1. Letter from Dr. Alice Rivlin to Senator Pete V. Domenici, chairman of the Senate Budget Committee, 14 March 1983.

Security as a separate budget function within the unified budget, as has recently been suggested by the chairmen of the House and Senate budget committees and the director of the Office of Management and Budget in a joint letter to the chairman of the National Commission on Social Security Reform.2

Although removal of Social Security from the unified budget is scheduled for ten years from now, the comprehensiveness of the budget has in recent years already been somewhat compromised through the use of offbudget agencies. In fiscal year 1984, spending by these agencies is scheduled to total $17 billion on a current-services basis. For the most part, shifts of programs or agencies to off-budget status have been the result of arbitrary decisions and have been primarily designed to avoid full scrutiny of such programs under the budget process. The role of the Federal Financing Bank in converting on-budget federal loan guarantees into off-budget federal direct loans has been of particular concern. To make the unified budget more comprehensive, we recommend that off-budget activities be incorporated in the unified budget. In particular, this should include the lending activities that are financed by the Federal Financing Bank.


In addition to being comprehensive, the information included in the budget should conform to a number of requirements if it is to be fully effective as a tool for responsible budget policy making and enforcement. • Clarity. The information should be clearly understandable to both lawmakers and the general public. Moreover, it should be relevant to the decisions that have to be made. Ambiguity of budget information is an invitation for budgetary abuse.

• Future Orientation. Budget information should adequately cover the multiyear implications of existing and proposed programs, including long-range commitments, contingencies, and the impact of alternative economic scenarios and demographic changes.

• Comparability. It should permit all comparisons needed for understanding governmentwide issues and policies and for establishing priorities among different activities and programs.

2. Letter to Dr. Alan Greenspan, chairman of the National Commission on Social Security Reform, from Representative James R. Jones, chairman of the House Budget Committee; Pete V. Domenici, chairman of the Senate Budget Committee; and David Stockman, director of the Office of Management and Budget, 3 December 1982. The signers of this letter strongly opposed taking Social Security out of the unified budget.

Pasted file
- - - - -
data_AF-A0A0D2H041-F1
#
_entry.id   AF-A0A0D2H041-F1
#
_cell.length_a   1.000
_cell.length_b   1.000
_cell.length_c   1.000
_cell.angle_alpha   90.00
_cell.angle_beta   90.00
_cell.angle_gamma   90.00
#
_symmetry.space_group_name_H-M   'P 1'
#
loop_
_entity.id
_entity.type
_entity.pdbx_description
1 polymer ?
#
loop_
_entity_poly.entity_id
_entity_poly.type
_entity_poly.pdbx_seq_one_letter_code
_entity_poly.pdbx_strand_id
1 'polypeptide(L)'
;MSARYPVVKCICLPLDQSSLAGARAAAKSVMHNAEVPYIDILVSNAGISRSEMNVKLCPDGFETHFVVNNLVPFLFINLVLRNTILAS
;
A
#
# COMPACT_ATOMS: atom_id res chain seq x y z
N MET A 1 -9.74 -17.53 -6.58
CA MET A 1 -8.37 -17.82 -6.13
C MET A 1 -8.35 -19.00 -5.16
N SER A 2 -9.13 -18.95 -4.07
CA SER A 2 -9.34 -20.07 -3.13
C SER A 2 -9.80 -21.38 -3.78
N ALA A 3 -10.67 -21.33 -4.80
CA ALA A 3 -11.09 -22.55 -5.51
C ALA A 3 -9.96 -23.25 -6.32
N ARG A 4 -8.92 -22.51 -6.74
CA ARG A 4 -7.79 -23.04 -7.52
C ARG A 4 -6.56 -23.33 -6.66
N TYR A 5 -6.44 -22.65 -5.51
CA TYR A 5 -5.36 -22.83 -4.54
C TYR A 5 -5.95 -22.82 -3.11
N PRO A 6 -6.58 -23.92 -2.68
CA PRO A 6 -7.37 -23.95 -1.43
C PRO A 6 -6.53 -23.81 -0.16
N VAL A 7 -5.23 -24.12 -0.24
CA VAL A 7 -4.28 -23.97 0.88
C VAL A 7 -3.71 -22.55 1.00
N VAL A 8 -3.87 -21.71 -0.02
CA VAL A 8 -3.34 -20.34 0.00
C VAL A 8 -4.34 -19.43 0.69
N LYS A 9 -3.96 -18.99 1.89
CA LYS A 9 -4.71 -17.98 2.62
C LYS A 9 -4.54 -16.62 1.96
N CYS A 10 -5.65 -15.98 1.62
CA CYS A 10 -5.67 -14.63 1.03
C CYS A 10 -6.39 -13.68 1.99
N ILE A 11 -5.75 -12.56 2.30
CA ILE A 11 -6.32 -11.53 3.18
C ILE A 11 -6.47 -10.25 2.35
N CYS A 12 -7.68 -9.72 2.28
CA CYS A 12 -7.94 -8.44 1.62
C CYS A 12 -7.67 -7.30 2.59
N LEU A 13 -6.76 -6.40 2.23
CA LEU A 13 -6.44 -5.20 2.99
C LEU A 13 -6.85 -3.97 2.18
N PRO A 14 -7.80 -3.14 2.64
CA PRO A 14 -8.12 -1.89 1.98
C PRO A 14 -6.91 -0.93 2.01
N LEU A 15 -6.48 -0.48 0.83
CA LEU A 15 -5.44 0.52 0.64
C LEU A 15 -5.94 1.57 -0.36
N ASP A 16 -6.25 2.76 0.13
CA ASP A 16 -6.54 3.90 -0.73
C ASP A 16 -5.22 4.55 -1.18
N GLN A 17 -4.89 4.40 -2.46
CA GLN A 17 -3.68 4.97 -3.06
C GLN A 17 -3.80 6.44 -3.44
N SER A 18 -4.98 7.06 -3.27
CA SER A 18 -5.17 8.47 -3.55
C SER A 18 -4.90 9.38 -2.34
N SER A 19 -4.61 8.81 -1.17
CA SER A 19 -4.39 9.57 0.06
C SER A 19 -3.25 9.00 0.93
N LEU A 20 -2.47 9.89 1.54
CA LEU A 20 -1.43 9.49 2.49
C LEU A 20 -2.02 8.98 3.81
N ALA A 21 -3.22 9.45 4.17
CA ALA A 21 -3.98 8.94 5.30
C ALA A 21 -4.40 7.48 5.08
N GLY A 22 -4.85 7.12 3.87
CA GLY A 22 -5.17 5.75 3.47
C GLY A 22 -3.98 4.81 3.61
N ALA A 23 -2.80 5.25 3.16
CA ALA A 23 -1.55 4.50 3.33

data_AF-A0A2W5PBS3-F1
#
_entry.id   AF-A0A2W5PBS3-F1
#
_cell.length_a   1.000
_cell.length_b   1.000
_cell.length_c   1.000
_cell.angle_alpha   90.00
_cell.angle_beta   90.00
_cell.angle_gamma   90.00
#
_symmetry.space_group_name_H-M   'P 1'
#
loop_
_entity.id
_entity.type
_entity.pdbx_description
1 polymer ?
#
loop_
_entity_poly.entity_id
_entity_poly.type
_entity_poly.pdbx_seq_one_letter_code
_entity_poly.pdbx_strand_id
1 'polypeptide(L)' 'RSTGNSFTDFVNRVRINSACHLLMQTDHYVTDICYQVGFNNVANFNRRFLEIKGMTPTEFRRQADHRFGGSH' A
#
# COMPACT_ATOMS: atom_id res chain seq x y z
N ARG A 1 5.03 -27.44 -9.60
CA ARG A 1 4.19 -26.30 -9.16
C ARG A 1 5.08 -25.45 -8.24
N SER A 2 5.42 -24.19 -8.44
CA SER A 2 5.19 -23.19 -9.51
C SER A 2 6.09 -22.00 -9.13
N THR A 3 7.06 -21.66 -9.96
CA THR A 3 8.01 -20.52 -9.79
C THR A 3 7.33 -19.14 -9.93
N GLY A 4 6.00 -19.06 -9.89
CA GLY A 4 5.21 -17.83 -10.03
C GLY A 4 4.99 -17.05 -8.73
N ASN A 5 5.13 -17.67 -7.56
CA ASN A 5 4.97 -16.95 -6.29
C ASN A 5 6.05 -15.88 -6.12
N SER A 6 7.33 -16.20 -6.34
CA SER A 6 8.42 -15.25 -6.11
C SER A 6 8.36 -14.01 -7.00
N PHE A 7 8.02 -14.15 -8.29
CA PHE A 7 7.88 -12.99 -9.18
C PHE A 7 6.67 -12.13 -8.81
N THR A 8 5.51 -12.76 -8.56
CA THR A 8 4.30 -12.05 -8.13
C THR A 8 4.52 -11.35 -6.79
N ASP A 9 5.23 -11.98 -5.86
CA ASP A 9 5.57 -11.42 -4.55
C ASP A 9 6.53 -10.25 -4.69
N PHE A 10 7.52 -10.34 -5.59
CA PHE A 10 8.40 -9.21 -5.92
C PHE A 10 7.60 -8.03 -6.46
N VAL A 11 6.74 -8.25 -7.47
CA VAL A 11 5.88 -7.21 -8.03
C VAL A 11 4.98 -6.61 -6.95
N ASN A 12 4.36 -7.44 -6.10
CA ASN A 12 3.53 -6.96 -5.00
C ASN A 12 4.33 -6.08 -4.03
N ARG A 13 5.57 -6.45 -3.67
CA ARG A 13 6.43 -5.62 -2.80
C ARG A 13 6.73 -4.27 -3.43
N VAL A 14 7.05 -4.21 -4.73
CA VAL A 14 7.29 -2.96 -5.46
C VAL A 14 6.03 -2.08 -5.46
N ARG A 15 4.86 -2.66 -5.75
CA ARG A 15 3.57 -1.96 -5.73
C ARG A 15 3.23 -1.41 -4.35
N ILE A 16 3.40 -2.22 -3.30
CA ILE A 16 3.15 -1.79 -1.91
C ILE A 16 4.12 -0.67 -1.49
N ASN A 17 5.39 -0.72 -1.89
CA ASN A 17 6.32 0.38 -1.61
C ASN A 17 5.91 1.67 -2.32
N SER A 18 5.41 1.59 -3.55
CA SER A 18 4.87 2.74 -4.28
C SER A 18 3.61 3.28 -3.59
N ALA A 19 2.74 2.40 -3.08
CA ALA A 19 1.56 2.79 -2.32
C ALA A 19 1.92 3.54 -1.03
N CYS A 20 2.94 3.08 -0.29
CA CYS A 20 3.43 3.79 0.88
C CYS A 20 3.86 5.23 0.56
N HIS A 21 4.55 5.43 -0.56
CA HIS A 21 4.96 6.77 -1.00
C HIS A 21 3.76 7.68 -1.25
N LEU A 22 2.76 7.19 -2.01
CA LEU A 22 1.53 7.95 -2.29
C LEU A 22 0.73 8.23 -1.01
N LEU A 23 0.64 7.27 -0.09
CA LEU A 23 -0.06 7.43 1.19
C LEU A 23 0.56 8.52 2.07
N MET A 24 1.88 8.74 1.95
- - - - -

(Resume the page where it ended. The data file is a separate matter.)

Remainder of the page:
• Credibility and Integrity. The information should be credible, the economic assumptions should be reasonable, and the expectation for budgetary savings through proposed legislation and administrative actions should be realistic. The integrity of the information provided should be beyond question.

Timeliness. Budget information should be available in time to provide Congress with the data essential to the evaluation of the President's budget requests, to permit full and adequate public discussion, and to enable Congress to act on the budget before the new fiscal year begins.

These requirements, of course, are not always mutually consistent. The desire to provide accurate information on the differential economic impact of different categories of federal transactions, for example, can come into conflict with the goals of clarity and simplicity. In designing particular budgets, compromises among competing requirements will inevitably have to be struck. The challenge is to design a budget that adheres to an optimum degree to the kinds of requirements we have cited.


Since the late 1970s, federal credit programs, including both direct loans and loan guarantees, have expanded far more rapidly than direct federal spending (Figure 7). Total net federal lending rose from $25 billion in fiscal year 1977 to $54.1 billion in fiscal year 1981. After a sharp decline in 1982 as a result of the combined impact of recession and high interest rates on federal mortgage loans, the level of credit is projected to increase to $75.4 billion in fiscal year 1983. For fiscal year 1984, the President's budget proposes a cutback to $59 billion. The budget estimates that the increase in net federal lending between 1977 and 1983 amounted to more than 200 percent, compared with a rise in regular federal outlays of 100 percent.' The burgeoning credit activity was concentrated in off-budget direct loans and in loan guarantees. In the past few years, moreover, several

5. If the third category of credit advanced under federal auspices, loans by government-sponsored enterprises, were included, the resulting aggregate would show an even faster rate of growth. Examples of such enterprises are the Federal National Mortgage Association (FNMA) and the Federal Home Loan Bank System (FHLBS). Because these enterprises are privately owned, their activities are not included in the budget totals. However, they carry out federally designed programs and receive tax and other special benefits that give their securities a preferred position in the securities market relative to those of completely private institutions.